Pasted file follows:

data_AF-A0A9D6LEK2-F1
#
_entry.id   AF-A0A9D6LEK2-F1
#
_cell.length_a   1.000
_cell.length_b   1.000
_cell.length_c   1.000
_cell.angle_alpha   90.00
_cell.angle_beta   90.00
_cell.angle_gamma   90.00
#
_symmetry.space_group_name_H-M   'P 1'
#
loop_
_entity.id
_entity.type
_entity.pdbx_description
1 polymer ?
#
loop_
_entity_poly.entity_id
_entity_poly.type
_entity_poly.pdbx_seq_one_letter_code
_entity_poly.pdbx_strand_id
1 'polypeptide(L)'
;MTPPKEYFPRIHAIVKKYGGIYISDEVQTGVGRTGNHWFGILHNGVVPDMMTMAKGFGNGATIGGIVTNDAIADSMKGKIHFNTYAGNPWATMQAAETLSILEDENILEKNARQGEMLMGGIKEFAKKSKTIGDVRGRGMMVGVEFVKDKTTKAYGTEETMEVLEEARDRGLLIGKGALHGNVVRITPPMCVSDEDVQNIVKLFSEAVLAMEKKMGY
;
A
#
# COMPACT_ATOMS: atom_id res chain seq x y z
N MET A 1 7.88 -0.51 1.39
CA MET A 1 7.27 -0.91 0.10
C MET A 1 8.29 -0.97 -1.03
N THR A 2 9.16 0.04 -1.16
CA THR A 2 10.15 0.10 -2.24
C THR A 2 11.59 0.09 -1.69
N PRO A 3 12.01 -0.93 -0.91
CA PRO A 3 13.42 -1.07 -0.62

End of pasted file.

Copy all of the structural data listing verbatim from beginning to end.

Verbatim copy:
data_AF-A0A9D6LEK2-F1
#
_entry.id   AF-A0A9D6LEK2-F1
#
_cell.length_a   1.000
_cell.length_b   1.000
_cell.length_c   1.000
_cell.angle_alpha   90.00
_cell.angle_beta   90.00
_cell.angle_gamma   90.00
#
_symmetry.space_group_name_H-M   'P 1'
#
loop_
_entity.id
_entity.type
_entity.pdbx_description
1 polymer ?
#
loop_
_entity_poly.entity_id
_entity_poly.type
_entity_poly.pdbx_seq_one_letter_code
_entity_poly.pdbx_strand_id
1 'polypeptide(L)'
;MTPPKEYFPRIHAIVKKYGGIYISDEVQTGVGRTGNHWFGILHNGVVPDMMTMAKGFGNGATIGGIVTNDAIADSMKGKIHFNTYAGNPWATMQAAETLSILEDENILEKNARQGEMLMGGIKEFAKKSKTIGDVRGRGMMVGVEFVKDKTTKAYGTEETMEVLEEARDRGLLIGKGALHGNVVRITPPMCVSDEDVQNIVKLFSEAVLAMEKKMGY
;
A
#
# COMPACT_ATOMS: atom_id res chain seq x y z
N MET A 1 7.88 -0.51 1.39
CA MET A 1 7.27 -0.91 0.10
C MET A 1 8.29 -0.97 -1.03
N THR A 2 9.16 0.04 -1.16
CA THR A 2 10.15 0.10 -2.24
C THR A 2 11.59 0.09 -1.69
N PRO A 3 12.01 -0.93 -0.91
CA PRO A 3 13.42 -1.07 -0.62